Mr. Garry said he and several others crawled to a nearby elevator and went to the ground floor. Once there, he saw police officers for the first time, and told them to go to the second floor.
Joseph James, 32, who said he had just gotten off a flight in Terminal 3 and was leaving the building when he heard several shots behind hm, said, “Several people were yelling, ‘Bomb! Bomb!’ and that’s what terrified me the most.”
Leon Saryan, a traveler from Milwaukee, told the Milwaukee radio station WTMJ: “I was in the hallway cowering when the guy came through. And he had a rifle in his hand, and he looked at me, and he said ‘T.S.A.?’ And I shook my head, and he just kept going.”
Many passengers dropped their bags as they rushed away from the terminal, leaving police officers with hundreds, if not thousands, of bags that they needed to screen.
At a news conference on Friday evening, Mayor Eric Garcetti of Los Angeles said the gunman had at least 100 rounds “that could have literally killed everyone in that terminal.”
A spokeswoman at Ronald Reagan U.C.L.A. Medical Center said that the hospital had admitted three male patients, two with gunshot wounds. One of the men who had been shot was in critical condition, and the two others were in fair condition.
The T.S.A. identified the slain agent as Gerardo I. Hernandez, 39. Officials said he was working as a behavior detection officer, responsible for spotting suspicious activity.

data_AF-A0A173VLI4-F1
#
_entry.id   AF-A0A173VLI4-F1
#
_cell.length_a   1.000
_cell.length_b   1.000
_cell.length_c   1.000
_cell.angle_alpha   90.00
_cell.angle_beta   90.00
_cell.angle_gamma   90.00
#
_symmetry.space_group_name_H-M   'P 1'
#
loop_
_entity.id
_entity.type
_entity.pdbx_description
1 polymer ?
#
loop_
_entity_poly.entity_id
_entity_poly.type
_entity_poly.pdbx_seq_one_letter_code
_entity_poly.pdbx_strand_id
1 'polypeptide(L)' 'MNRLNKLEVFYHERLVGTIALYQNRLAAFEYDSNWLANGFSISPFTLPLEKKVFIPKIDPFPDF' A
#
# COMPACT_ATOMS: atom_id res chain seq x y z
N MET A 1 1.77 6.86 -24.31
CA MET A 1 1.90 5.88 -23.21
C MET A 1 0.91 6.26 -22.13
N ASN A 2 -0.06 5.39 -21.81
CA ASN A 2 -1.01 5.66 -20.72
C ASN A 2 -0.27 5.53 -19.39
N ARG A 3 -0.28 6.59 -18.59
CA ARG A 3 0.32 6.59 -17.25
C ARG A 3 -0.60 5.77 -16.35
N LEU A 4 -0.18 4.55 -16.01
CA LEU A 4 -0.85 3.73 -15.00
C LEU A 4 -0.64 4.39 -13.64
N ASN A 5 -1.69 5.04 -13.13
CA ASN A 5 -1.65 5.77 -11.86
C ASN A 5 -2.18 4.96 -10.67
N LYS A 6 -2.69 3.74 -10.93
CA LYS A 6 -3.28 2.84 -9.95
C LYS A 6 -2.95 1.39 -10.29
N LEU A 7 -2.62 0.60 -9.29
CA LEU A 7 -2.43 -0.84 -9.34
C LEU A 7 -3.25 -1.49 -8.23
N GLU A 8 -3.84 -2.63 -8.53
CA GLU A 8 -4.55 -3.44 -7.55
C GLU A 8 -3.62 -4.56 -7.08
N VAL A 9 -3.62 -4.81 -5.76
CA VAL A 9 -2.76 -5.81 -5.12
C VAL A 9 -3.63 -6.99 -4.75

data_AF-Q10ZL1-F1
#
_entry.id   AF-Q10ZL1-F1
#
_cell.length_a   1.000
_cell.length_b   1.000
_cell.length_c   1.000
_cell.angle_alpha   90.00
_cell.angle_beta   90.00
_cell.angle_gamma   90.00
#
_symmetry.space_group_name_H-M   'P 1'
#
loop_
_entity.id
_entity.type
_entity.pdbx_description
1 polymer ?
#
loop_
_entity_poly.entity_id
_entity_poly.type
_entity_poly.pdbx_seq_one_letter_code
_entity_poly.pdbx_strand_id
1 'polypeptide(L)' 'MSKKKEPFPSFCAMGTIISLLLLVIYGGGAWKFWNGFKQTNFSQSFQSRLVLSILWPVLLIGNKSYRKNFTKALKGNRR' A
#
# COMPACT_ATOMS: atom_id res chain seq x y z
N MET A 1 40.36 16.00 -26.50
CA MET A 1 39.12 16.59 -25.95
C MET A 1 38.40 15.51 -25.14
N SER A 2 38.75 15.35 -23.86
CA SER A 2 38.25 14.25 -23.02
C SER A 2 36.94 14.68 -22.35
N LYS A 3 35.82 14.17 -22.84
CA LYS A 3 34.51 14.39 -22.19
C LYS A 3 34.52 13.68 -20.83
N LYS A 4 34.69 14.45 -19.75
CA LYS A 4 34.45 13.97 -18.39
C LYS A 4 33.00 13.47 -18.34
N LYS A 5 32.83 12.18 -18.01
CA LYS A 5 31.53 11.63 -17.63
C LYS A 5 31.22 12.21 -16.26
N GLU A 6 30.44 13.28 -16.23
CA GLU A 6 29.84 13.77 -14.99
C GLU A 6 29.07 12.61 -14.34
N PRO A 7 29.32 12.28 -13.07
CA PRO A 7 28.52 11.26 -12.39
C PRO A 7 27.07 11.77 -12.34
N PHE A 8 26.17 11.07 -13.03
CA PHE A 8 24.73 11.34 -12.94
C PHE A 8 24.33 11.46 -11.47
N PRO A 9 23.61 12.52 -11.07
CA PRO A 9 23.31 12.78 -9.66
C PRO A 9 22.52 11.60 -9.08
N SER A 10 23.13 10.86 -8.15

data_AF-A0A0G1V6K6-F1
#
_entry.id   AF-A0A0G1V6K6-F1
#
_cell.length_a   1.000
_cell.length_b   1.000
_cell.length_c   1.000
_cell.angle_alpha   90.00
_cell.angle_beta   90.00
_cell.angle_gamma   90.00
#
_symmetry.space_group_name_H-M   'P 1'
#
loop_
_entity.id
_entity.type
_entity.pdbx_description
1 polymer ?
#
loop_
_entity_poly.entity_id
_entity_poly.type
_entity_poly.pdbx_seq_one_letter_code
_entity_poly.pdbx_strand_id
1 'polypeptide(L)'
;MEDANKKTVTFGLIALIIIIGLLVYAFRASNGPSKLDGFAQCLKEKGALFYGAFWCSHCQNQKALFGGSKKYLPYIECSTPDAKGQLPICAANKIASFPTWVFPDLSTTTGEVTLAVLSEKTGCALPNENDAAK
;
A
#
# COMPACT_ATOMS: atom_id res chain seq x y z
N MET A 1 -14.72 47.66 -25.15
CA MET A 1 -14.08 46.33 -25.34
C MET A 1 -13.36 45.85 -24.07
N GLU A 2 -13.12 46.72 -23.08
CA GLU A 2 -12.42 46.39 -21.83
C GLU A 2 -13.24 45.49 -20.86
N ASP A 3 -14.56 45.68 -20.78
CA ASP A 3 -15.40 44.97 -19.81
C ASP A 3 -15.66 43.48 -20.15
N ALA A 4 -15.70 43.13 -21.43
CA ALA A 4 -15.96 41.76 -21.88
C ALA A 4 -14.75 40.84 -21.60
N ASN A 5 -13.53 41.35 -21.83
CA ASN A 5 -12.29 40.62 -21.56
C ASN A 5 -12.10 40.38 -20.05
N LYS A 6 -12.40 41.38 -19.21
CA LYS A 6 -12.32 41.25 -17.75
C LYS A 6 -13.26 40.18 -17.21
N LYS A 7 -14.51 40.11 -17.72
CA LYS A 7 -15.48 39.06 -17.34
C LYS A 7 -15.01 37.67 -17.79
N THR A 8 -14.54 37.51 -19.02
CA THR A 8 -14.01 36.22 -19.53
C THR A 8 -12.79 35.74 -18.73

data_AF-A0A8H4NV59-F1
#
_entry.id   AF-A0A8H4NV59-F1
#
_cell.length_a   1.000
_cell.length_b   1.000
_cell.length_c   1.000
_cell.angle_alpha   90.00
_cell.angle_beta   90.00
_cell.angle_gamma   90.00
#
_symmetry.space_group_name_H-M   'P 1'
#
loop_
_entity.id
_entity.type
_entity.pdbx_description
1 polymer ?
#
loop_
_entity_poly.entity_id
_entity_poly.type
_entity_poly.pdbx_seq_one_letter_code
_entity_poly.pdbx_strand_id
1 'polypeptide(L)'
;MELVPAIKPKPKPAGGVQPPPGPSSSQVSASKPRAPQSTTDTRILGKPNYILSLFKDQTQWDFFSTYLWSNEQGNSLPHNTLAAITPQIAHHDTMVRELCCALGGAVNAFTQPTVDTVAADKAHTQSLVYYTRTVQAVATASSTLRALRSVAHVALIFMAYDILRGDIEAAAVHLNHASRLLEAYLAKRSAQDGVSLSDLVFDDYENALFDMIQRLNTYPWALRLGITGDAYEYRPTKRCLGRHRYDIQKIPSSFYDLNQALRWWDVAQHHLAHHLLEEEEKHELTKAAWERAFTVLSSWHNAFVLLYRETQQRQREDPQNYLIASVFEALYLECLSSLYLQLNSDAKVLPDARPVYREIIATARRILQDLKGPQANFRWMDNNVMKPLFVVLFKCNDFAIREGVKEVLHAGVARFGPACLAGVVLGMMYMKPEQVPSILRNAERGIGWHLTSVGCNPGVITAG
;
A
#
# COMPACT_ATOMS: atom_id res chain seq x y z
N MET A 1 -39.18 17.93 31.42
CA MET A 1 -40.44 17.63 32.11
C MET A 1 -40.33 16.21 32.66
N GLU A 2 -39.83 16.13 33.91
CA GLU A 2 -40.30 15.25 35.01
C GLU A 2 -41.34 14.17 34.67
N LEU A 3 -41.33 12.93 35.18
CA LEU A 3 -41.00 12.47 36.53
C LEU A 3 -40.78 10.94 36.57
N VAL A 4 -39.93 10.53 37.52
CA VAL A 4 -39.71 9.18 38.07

Airport officials said 746 flights were affected by the shutdown and 46 flights were diverted to other airports. They said the backups would not be resolved quickly and advised passengers using Terminal 3 to check with their airlines on Saturday to see if operations had resumed.
The shooting was bound to raise new questions about security procedures at airports.
“This shows what kind of risks our agents take,” said J. David Cox, the president of the union that represents T.S.A. agents.
Officers from the airport police and the Los Angeles Police Department had undergone training in recent weeks in how to respond to a shooting, said Chief Patrick M. Gannon of the airport police, who said officers told him the drill was “critical” in preparing them for Friday’s shooting.
Travelers threw themselves to the ground on orders from the police, then rushed in every direction, shouting “Run, run!” from what they believed could be a terrorist attack.
After the suspect was arrested, thousands of passengers milled outside Terminals 2 and 3 as a police bomb squad arrived. With the airport closed and major freeways in the area blocked by police cars, hundreds of would-be passengers took their luggage and walked away from the airport down Century Boulevard, turning what is normally a major route to the airport into an eerily empty walkway.
Police officials rushed to assure the public that there was no longer an immediate danger. But as the day dragged on, many passengers were left stranded on the sidewalk outside the airport for hours, waiting to collect their bags.
Flights that landed around the time of the shooting were kept locked at the gate for several hours.
“As soon as we pulled in, around 9:30, the captain announced, ‘We’ve got an issue here,’ ” said Bryant Mitchell, 36, who was traveling from Houston on business. “I was on the Southwest plane for four hours, sitting there eating peanuts. Only peanuts and crackers, and all-you-can-drink ginger ale.”
On July 4, 2002, a man armed with two handguns and a knife killed two people and injured several more at the airport before an El Al Airlines security guard seized him and another shot him dead.